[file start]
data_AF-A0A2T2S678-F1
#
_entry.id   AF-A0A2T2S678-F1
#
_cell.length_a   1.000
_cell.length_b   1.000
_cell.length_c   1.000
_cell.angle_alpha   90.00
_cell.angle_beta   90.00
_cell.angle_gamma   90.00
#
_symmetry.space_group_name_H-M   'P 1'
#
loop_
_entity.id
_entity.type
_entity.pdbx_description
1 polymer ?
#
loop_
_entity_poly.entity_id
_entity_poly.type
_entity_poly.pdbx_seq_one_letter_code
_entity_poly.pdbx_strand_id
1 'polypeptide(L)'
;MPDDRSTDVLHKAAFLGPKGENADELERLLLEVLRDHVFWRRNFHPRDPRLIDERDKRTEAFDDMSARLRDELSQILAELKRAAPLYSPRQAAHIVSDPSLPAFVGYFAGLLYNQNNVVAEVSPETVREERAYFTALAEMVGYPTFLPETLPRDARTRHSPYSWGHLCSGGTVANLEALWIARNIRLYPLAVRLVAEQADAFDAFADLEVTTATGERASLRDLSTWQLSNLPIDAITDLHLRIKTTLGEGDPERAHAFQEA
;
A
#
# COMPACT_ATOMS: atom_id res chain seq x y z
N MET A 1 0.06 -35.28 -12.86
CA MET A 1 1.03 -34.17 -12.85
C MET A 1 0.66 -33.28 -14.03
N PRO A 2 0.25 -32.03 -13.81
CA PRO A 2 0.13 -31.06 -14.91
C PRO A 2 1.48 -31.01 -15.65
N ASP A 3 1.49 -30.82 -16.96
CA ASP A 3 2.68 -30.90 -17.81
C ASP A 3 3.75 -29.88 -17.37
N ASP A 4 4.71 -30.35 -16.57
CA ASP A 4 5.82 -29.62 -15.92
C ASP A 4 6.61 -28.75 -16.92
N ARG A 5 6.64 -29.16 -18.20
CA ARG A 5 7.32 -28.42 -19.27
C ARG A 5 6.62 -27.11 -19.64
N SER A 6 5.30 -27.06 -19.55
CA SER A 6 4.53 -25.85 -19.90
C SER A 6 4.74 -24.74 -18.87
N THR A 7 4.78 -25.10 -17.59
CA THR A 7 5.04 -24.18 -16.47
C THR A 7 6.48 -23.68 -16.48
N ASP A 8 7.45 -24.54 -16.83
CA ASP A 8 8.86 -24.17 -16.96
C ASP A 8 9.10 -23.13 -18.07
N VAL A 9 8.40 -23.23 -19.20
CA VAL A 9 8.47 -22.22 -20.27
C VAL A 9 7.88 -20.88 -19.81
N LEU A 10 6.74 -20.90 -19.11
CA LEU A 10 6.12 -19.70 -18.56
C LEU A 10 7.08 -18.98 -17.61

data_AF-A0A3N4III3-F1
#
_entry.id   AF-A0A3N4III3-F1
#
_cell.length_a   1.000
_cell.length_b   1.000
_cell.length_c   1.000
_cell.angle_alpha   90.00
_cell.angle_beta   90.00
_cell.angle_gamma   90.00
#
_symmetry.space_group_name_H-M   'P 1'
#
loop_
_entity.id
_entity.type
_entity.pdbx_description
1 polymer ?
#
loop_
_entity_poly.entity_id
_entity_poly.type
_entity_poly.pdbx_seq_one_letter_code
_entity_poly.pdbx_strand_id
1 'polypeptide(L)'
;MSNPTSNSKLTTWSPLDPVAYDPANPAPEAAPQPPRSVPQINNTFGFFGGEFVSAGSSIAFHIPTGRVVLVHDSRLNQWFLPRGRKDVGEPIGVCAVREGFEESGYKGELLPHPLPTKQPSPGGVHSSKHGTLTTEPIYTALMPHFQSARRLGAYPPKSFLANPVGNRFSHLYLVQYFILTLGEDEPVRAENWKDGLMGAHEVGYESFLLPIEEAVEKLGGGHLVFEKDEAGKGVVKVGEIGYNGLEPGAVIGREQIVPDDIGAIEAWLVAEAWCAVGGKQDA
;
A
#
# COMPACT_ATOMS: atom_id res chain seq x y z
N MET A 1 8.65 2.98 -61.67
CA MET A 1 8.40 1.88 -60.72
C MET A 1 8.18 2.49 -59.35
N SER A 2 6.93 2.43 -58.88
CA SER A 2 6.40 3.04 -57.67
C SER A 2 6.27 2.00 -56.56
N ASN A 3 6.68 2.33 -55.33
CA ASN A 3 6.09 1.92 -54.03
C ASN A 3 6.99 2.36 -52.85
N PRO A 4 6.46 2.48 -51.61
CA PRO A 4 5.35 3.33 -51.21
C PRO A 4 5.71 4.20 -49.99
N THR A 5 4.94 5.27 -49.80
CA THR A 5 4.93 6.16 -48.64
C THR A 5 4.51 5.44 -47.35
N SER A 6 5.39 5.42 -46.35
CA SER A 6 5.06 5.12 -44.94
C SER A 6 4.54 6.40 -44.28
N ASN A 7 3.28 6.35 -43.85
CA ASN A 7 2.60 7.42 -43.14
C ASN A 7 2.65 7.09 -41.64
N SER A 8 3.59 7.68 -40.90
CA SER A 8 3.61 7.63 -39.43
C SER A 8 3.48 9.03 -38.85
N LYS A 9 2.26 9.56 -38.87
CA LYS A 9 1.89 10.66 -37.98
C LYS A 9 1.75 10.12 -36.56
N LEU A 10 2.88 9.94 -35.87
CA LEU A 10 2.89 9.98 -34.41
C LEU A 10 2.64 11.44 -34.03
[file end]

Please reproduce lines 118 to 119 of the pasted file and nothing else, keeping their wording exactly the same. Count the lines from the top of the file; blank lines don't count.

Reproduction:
N LEU A 10 2.88 9.94 -35.87
CA LEU A 10 2.89 9.98 -34.41